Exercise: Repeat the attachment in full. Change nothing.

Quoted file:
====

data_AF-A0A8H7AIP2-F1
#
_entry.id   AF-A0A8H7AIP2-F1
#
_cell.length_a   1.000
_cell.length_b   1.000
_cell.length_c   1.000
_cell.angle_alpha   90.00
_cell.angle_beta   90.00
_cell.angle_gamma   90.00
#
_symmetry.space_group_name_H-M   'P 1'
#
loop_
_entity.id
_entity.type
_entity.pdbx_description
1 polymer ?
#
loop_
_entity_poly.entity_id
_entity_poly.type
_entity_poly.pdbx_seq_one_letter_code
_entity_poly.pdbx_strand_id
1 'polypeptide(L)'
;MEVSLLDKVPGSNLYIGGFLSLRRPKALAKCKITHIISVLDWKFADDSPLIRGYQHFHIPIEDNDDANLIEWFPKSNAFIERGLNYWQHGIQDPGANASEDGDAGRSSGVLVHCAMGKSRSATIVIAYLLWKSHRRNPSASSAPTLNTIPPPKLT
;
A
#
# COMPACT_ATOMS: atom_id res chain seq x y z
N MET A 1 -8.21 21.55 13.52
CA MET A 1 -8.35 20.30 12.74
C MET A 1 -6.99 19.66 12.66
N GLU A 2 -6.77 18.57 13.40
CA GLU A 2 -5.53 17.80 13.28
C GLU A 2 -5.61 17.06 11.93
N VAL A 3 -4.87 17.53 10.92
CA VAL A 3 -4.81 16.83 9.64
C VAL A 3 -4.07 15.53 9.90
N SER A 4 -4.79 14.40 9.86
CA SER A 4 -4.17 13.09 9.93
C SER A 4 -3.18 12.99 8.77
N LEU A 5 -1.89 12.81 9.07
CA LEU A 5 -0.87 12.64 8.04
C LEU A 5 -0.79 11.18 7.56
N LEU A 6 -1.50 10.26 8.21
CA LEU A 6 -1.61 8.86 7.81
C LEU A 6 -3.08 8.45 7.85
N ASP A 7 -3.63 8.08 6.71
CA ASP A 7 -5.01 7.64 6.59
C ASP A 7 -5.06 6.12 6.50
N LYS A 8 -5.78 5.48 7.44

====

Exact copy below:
data_AF-A0A8H7AIP2-F1
#
_entry.id   AF-A0A8H7AIP2-F1
#
_cell.length_a   1.000
_cell.length_b   1.000
_cell.length_c   1.000
_cell.angle_alpha   90.00
_cell.angle_beta   90.00
_cell.angle_gamma   90.00
#
_symmetry.space_group_name_H-M   'P 1'
#
loop_
_entity.id
_entity.type
_entity.pdbx_description
1 polymer ?
#
loop_
_entity_poly.entity_id
_entity_poly.type
_entity_poly.pdbx_seq_one_letter_code
_entity_poly.pdbx_strand_id
1 'polypeptide(L)'
;MEVSLLDKVPGSNLYIGGFLSLRRPKALAKCKITHIISVLDWKFADDSPLIRGYQHFHIPIEDNDDANLIEWFPKSNAFIERGLNYWQHGIQDPGANASEDGDAGRSSGVLVHCAMGKSRSATIVIAYLLWKSHRRNPSASSAPTLNTIPPPKLT
;
A
#
# COMPACT_ATOMS: atom_id res chain seq x y z
N MET A 1 -8.21 21.55 13.52
CA MET A 1 -8.35 20.30 12.74
C MET A 1 -6.99 19.66 12.66
N GLU A 2 -6.77 18.57 13.40
CA GLU A 2 -5.53 17.80 13.28
C GLU A 2 -5.61 17.06 11.93
N VAL A 3 -4.87 17.53 10.92
CA VAL A 3 -4.81 16.83 9.64
C VAL A 3 -4.07 15.53 9.90
N SER A 4 -4.79 14.40 9.86
CA SER A 4 -4.17 13.09 9.93
C SER A 4 -3.18 12.99 8.77
N LEU A 5 -1.89 12.81 9.07
CA LEU A 5 -0.87 12.64 8.04
C LEU A 5 -0.79 11.18 7.56
N LEU A 6 -1.50 10.26 8.21
CA LEU A 6 -1.61 8.86 7.81
C LEU A 6 -3.08 8.45 7.85
N ASP A 7 -3.63 8.08 6.71
CA ASP A 7 -5.01 7.64 6.59
C ASP A 7 -5.06 6.12 6.50
N LYS A 8 -5.78 5.48 7.44